To ascertain whether hydrocephalus distorted the striatum, we followed our earlier protocol [17] to prepare whole brain section in situ with skull intact [24]. Three rats per group were studied. Briefly, rats were deeply anesthetized with Zoletil (tiletamine 25 mg/kg and zolazepam 25 mg/kg; Virbac, Carros, France) and xylazine (10 mg/kg; Rompun; Bayer, Leuverkeusen, Germany) intraperitoneally. After decapitation, the whole brain with skull intact was quickly removed and immersed in hexane at − 73 °C. The tissue block was then placed in a stainless-steel container filled with 4–5% carboxymethylcellulose gel and frozen in hexane again. The frozen tissue block was then removed from the container and stored at − 80 °C until sectioning. The tissue block was sectioned serially at 10-μm thickness with a cryostat microtome (CM3050S, Leica, Wetzlar, Germany) using a disposable tungsten carbide blade (Leica). During sectioning, a piece of adhesive film (Cryofilm type IIC, Section-LAB Co., Hiroshima, Japan) was adhered to the cutting surface of the tissue block before preparing each section. After sectioning, the section adhered on one side to the film was removed and treated with 100% ethanol for 10 s, followed by immersion in 4% paraformaldehyde in 0.1 M phosphate buffer (PB) for 1 min to fix the tissue. The tissue section was then stained with hematoxylin and eosin (H&E) and mounted on a glass slide with UV mounting medium (Super cryomounting medium type R2; Section-LAB). After UV irradiation (Section-LAB) to polymerize the mounting medium, the section was ready for light microscopy.

Western blot analysis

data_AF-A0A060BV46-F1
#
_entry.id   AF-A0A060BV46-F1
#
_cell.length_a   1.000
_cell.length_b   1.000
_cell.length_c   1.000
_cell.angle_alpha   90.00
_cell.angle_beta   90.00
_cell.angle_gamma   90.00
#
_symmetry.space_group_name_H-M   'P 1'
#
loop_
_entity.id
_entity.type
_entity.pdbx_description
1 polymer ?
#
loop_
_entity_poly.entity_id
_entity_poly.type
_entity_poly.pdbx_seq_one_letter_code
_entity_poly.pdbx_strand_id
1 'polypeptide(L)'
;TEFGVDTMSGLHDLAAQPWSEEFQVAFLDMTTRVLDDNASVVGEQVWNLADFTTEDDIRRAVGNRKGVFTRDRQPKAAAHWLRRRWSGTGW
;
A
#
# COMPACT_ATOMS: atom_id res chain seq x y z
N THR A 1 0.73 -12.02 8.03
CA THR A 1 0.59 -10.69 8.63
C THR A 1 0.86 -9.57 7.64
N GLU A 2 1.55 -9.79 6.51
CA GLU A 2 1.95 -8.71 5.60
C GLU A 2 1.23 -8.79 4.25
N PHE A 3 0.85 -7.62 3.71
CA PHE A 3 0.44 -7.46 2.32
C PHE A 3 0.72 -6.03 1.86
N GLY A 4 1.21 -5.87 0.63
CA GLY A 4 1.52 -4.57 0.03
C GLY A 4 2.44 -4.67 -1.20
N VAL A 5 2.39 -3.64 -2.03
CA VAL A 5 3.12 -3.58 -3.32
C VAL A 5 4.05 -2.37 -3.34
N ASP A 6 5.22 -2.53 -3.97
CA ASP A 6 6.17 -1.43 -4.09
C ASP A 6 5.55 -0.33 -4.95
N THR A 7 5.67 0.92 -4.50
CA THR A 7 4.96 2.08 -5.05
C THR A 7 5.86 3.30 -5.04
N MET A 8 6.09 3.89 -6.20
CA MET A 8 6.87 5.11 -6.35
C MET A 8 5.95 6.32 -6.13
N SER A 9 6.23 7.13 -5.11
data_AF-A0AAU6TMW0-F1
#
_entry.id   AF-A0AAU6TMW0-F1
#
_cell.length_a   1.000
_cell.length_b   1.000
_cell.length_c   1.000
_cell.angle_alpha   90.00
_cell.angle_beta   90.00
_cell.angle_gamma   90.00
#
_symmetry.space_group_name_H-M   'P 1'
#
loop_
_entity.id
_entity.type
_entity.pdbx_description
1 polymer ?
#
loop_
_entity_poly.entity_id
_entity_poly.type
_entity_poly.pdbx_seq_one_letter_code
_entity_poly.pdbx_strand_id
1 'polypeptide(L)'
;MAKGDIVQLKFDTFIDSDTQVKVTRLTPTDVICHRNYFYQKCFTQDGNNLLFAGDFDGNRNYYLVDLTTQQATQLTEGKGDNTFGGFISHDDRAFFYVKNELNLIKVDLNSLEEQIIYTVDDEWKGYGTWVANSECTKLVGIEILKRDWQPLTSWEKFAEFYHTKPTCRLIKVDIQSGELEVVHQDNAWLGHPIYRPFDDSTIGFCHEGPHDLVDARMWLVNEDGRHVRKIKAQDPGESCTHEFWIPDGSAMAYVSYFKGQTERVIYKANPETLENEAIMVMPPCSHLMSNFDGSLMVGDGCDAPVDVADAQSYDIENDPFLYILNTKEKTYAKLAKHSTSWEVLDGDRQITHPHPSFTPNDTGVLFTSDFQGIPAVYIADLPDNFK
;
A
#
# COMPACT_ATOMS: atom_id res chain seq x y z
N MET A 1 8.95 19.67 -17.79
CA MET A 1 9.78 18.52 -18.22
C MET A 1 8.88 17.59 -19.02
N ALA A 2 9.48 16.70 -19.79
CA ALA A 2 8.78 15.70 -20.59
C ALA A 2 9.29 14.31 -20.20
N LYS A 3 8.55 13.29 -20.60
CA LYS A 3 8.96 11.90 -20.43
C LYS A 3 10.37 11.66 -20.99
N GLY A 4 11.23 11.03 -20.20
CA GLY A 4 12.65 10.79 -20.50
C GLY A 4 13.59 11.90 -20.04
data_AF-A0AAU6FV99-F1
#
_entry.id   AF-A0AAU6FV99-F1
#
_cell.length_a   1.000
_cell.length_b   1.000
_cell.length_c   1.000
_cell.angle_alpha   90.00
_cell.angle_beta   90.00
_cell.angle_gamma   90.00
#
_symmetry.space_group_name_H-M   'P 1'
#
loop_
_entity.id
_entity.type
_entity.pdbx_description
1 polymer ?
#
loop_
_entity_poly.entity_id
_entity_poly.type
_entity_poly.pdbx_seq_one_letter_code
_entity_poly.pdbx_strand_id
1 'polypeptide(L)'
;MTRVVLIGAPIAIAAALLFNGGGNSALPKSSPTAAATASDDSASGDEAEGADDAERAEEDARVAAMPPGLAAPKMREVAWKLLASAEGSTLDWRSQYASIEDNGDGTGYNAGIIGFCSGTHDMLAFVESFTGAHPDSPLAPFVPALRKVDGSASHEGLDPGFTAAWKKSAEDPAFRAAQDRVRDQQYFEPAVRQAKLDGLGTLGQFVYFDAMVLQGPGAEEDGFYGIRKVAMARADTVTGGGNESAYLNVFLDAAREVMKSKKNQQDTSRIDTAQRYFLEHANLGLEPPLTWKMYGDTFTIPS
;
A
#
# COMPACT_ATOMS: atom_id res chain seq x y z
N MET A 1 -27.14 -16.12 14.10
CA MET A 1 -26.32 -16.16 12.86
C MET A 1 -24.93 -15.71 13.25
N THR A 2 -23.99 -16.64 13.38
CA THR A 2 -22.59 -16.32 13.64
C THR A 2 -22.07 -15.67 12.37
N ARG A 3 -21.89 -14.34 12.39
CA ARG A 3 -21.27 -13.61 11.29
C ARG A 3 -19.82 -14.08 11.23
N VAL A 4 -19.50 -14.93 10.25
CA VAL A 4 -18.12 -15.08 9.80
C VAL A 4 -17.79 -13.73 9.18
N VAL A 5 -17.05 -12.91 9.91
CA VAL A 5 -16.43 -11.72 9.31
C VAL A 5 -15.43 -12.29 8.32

Male rats only were included in this part of the analysis as they exhibited more apparent motor impairments. The rat was sacrificed by decapitation following deep anesthesia as described above. The striatum was quickly removed and the dorsolateral striatum dissected and froze in liquid nitrogen. The brain tissue was then homogenized at 4 °C in tissue protein extraction buffer (#78510) with protease (#78430) and phosphatase (#78420) inhibitors (Pierce; Rockford, IL, USA), and subsequently centrifuged at 10,000g for 10 min at 4 °C. The supernatant was collected for further analysis. Protein concentration was determined with BCA protein assay kit (#23225; Pierce). Equal amounts of protein were separated using SDS–polyacrylamide gel electrophoresis and transferred onto a polyvinylidene difluoride membrane (Bio-Rad, Hercules, CA, USA). Primary antibodies employed included mouse anti-synaptophysin (MAB5258; Millipore Billerica, MA, USA), mouse anti-VGLUT1 (MAB5502; Millipore), mouse anti-PSD95 (MAB1598; Millipore), mouse anti-NR1 (32-0500; Thermo-Fisher Scientific, Pittsburgh, PA, USA), rabbit anti-GluR1 (PA1-37776; Thermo-Fisher Scientific), rabbit anti-GluR2/3 (PA1-4660; Thermo-Fisher Scientific), rabbit anti-TH (ab117112; Abcam), rabbit anti-DR1 (ab20066; Abcam), rabbit anti-DR2 (ADR-002; Alomone Labs, Jerusalem, Israel), goat anti-ChAT (AB144P; Millipore) and rabbit anti-glyceraldehyde-3-phosphate dehydrogenase (GAPDH) (sc-25778; Santa Cruz Biotechnology, Santa Cruz, CA, USA) antibodies. Secondary antibodies included goat anti-rabbit (AP132P; Millipore), goat anti-mouse (AP124P; Millipore), and donkey anti-goat (sc-2020; Santa Cruz Biotechnology) conjugated with horseradish peroxidase. Immunolabeled bands were detected with enhanced chemiluminescence reagents (Amersham, Piscataway, NJ, USA). Reactive protein bands were analyzed with Gel-Pro (Media Cybernetics, Silver Spring, MD, USA). The amount of each tissue protein was standardized against that of the GAPDH as the gel-loading control. Uniformity in the expressions of the gel-loading control GAPDH between the control and hydrocephalic groups was verified before analyses (data not shown). The results of the expression of each protein were plotted as a ratio of that of the respective age-matched sham-operated control animals in the histogram of all related figures presented in this study. N = 4–12 rats per group for all the analyses in this experiment.